While Sunday’s mega block on the Western Railway caused commuters a great deal of trouble, it’s end result – the successful conversion of the traction from Direct Current (DC) to Alternating Current (AC) is going to give commuters a smooth ride in the days to come.
The WR will now be able to add more services without worrying about the capacity of its electric network.
It is looking at 15-car rakes on all trains. This, however, will only be possible after the AC traction is completed on the entire stretch. To start with, the WR will convert all its suburban trains from nine-car to 12-car, over the next three months.
The AC traction has a 25,000 V power, while the DC traction has just 1,500 V. It also consumes less enegry. With the conversion, trains can move at their maximum speed, without being worried about overloading. This will thus improve punctuality, and thus, services. Officials say the frequency of local trains will soon go up from 180 seconds to 90 seconds in each line.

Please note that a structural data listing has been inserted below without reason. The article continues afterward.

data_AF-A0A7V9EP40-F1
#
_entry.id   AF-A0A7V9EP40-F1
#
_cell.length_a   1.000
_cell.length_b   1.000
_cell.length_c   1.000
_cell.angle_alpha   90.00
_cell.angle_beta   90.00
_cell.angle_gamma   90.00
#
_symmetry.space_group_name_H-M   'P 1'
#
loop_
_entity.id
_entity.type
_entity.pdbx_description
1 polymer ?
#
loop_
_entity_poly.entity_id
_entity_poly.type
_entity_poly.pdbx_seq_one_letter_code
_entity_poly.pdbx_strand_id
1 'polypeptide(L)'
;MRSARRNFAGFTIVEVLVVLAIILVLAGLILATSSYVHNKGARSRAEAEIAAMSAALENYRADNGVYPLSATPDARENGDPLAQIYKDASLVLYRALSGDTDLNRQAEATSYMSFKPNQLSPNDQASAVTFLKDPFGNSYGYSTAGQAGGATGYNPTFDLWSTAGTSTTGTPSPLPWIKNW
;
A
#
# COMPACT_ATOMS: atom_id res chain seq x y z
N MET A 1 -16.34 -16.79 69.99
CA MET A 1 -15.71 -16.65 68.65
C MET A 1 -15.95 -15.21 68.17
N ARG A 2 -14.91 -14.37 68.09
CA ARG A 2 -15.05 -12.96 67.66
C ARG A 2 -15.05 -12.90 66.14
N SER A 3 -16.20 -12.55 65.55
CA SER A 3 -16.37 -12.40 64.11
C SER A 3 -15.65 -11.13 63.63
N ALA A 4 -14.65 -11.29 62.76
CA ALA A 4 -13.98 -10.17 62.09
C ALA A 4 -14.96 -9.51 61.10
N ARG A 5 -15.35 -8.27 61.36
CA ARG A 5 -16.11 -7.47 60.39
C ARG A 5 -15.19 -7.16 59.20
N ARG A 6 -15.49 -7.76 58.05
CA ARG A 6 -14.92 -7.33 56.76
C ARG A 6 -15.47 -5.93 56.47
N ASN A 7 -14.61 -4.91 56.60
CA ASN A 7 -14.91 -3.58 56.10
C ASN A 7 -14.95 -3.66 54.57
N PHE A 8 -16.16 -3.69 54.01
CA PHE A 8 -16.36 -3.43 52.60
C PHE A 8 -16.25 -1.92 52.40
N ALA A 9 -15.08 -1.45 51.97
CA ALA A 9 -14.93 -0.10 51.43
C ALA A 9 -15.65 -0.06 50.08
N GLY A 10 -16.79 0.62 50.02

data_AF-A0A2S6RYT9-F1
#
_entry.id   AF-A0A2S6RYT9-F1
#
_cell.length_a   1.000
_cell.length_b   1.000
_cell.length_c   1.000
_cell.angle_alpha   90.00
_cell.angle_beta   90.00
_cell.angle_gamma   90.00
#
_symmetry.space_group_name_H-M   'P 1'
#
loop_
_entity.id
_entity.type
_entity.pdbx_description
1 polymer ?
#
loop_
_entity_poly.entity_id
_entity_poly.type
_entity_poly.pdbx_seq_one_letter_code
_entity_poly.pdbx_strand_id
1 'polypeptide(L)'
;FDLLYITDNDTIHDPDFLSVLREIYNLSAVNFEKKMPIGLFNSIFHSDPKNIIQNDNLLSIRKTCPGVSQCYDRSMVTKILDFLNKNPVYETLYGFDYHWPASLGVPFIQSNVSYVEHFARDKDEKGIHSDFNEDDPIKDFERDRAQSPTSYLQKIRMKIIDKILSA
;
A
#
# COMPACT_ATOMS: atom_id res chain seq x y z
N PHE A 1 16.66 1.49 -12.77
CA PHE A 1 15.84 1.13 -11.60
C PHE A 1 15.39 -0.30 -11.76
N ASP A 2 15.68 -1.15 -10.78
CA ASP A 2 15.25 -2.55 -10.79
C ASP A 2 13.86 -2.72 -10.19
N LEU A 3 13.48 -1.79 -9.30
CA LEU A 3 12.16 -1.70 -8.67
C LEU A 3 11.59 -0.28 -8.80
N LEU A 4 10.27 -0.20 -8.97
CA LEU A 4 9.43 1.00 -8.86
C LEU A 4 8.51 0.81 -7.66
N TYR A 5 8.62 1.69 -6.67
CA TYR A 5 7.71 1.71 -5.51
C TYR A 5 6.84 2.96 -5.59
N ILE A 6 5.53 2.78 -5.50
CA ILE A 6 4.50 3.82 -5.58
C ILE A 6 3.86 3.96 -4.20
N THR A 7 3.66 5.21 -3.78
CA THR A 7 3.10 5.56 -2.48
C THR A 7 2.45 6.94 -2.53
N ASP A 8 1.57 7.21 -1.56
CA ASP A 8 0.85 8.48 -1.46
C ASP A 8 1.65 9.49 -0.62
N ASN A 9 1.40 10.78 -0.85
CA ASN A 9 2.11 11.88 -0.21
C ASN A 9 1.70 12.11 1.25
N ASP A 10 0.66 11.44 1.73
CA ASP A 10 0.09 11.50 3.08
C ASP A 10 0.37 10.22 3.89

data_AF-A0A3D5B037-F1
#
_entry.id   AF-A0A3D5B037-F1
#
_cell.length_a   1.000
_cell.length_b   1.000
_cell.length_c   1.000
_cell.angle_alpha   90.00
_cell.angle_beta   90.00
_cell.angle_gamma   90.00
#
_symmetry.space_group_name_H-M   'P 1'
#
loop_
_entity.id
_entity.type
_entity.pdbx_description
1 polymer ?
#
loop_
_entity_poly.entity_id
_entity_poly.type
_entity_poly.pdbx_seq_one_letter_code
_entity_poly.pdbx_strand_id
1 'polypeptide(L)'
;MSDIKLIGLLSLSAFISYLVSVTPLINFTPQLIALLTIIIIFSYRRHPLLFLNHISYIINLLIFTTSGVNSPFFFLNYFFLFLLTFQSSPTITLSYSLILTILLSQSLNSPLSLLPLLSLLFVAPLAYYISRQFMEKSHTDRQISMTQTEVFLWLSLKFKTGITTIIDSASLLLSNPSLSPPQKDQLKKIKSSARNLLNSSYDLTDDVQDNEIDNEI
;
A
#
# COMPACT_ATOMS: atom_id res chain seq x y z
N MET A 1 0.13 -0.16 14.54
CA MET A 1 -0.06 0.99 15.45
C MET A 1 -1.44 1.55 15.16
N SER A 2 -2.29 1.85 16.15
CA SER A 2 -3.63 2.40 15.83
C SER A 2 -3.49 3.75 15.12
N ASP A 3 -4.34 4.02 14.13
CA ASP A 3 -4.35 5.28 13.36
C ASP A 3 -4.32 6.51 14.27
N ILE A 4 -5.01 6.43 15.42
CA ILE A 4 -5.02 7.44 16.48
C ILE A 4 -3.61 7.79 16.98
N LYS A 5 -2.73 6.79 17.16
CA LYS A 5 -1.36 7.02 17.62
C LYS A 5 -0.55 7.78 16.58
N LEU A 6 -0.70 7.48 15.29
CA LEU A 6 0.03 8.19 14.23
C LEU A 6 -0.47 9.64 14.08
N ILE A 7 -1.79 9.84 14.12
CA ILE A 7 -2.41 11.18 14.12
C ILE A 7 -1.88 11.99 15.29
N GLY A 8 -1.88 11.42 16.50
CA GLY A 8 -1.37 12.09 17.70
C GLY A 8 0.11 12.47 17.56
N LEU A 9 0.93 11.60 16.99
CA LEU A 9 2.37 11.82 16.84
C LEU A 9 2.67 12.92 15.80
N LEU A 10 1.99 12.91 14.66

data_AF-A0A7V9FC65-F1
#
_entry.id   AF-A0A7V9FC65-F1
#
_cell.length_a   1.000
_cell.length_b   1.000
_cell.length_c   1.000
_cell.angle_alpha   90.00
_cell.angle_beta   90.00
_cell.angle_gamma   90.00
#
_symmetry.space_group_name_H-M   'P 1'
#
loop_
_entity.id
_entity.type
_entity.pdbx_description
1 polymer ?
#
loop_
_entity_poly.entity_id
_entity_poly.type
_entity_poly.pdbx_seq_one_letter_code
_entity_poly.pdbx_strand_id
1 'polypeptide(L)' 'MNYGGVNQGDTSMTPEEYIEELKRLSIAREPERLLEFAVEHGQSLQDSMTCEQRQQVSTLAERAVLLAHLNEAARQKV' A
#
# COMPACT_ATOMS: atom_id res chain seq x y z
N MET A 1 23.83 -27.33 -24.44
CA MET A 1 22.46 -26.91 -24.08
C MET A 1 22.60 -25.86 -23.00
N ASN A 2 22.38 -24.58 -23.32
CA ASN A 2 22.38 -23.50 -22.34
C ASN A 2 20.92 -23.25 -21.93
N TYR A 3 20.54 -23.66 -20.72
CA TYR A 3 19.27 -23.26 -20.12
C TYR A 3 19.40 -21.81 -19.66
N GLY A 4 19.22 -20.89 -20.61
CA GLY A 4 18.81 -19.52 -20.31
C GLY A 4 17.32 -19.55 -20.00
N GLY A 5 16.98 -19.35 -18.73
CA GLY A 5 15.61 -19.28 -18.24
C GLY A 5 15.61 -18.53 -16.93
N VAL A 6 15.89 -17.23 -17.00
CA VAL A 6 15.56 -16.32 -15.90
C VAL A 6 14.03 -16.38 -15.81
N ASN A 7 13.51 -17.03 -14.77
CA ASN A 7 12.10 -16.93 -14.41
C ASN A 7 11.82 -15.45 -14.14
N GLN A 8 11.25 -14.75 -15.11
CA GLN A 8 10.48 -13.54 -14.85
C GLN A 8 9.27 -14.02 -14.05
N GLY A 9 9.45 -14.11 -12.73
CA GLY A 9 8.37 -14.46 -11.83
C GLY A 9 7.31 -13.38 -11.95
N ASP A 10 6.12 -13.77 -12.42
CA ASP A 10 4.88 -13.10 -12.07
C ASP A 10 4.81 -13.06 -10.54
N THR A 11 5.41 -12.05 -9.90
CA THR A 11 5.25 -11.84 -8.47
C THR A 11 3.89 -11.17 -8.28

WR officials said that the AC traction had lighter equipment, so the chances of breakdowns in overhead equipment were lower, and services would thus run more smoothly. “The DC system was introduced in 1920 for Mumbai’s local trains. Today, the entire world has switched to the AC system, including the entire Indian Railway system,” said a senior MRVC official.
“The DC traction was not just an issue for suburban train services, but even outstation ones, which were forced to change their AC engines to those compatible with the DC section in Mumbai. DC traction also requires more substations, which means more space and infrastructure,” Sharat Chandrayan, CPRO of WR, said.
However, commuters will have to be patient too see the benefits of the conversion. “The only immediate effect people will observe after Sunday’s block is a shift in neutral zones (The area where the train changes from DC to AC traction, resulting in suspension of lights and fans inside train compartments for 10 seconds),” said a senior WR official.